What a brilliant day! I had high hopes for my first battle with Newcastle’s Regiment, but even they were surpassed by the friendliness and camaraderie of everyone I met. Plus the battle felt truly epic -friends who saw the pics said it looked like a movie! I joined up by myself (and didn’t know anyone!), but was never without people to talk with, and had some great conversations throughout the day.

I was loaned pretty much the full uniform, and soon looked and felt every inch the 17th century soldier. The march through the packed town centre made you feel like a celebrity – and even with just basic pike training, I managed to stay in line without dropping it or snagging a telephone wire.

Lining up for battle, with hundreds of reenactors, it was very exciting. Our pike block felt solid and ready for action after marching together. I was very glad for the core of long serving and confident troops.

Then it was time to attack – I’ll be honest, I was surprised (but happily!) just how physical the actual fighting was – all bunching up and smashing into another regiment of pikemen, then shoving until one side was pushed back (or someone fell over). The anticipation of the collision, and then shoving or being shoved was like your favourite team sport, but better! Muskets were firing on either side, through the smoke I don’t even remember seeing the crowd.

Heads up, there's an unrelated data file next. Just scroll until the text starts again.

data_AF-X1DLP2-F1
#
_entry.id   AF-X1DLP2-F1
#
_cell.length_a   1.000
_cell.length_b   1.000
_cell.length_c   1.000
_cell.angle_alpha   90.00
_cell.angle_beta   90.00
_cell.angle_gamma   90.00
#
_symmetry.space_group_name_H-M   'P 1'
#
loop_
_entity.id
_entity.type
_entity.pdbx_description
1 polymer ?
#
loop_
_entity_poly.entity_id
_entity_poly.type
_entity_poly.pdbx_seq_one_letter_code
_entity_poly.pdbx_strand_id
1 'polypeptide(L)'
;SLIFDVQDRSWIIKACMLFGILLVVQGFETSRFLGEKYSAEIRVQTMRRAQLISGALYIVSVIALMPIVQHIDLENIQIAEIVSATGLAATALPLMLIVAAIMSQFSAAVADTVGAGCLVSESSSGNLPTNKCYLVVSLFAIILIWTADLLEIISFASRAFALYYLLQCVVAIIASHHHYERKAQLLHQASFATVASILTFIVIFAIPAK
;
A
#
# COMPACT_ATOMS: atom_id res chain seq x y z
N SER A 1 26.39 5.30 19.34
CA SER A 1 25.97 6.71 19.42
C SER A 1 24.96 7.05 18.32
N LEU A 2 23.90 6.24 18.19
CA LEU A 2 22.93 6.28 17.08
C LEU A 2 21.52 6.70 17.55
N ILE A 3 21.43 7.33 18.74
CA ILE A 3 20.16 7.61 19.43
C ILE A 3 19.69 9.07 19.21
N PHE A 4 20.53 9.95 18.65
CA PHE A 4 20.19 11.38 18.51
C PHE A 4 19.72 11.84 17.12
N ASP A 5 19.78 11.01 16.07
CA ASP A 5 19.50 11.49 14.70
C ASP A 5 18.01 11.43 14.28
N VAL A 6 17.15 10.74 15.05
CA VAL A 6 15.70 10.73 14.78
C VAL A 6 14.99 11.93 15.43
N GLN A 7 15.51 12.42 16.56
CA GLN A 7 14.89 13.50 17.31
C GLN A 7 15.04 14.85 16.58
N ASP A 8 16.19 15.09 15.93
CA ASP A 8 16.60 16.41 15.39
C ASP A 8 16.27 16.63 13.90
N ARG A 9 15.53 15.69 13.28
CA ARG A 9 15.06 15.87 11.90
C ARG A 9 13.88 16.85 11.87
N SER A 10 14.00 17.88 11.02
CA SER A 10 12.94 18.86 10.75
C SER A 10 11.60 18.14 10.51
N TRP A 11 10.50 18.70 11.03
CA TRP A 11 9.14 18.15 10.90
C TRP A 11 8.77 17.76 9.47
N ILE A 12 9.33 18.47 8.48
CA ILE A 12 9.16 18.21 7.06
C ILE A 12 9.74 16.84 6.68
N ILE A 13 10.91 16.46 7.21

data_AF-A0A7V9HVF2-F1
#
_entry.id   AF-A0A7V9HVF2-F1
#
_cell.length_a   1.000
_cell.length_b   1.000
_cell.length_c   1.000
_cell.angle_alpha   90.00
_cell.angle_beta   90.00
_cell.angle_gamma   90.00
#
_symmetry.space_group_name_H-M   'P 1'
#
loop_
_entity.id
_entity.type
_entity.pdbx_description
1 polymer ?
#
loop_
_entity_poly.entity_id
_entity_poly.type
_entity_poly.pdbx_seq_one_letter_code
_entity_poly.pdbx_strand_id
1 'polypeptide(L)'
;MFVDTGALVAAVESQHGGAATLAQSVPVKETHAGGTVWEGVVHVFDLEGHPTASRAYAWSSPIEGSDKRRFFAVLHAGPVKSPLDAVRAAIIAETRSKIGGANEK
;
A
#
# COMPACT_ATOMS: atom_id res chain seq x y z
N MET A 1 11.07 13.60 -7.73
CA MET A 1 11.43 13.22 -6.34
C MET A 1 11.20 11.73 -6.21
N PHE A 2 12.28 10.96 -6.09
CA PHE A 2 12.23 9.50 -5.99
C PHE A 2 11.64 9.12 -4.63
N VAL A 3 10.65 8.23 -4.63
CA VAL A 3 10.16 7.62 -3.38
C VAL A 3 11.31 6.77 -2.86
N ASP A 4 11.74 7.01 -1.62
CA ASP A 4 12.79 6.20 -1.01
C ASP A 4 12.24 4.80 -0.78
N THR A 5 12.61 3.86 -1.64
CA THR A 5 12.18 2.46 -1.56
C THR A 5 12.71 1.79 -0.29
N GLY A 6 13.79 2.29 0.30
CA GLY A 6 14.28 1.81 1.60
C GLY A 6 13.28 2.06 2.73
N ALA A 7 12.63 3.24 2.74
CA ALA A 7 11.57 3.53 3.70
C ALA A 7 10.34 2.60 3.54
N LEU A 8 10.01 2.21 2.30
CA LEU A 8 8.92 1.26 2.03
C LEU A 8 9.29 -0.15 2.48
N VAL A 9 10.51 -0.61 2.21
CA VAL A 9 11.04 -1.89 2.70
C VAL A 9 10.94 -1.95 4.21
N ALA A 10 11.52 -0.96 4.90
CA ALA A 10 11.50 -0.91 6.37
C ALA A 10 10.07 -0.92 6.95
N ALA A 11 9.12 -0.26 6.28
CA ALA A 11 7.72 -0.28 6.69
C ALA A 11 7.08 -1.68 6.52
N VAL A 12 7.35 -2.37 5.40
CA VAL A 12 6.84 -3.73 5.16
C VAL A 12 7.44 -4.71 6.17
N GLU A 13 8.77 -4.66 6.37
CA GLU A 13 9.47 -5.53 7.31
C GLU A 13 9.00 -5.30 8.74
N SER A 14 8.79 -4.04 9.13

Parliament may have taken the day back in 1644, but we certainly felt like we had the better of it in 2019.
In the evening we all went for a meal, and I got a chance to speak with other members who I hadn’t met on the field, or in the pub or town earlier. Everyone was lovely, and it was great to finish the night piled in a hotel room, still chatting – it was like a work Christmas party, but with more interesting people!

I have signed up for the year and will go to every event that I possibly can, I have a new best hobby. If you like history, dressing up, team activities, having a laugh and socialising, then you’ll love Newcastle’s Regimente of Foote. Yeah, I still ache 3 days later, and I was ready to play dead after about 40 minutes of back and forth, but I’d do it all again tomorrow!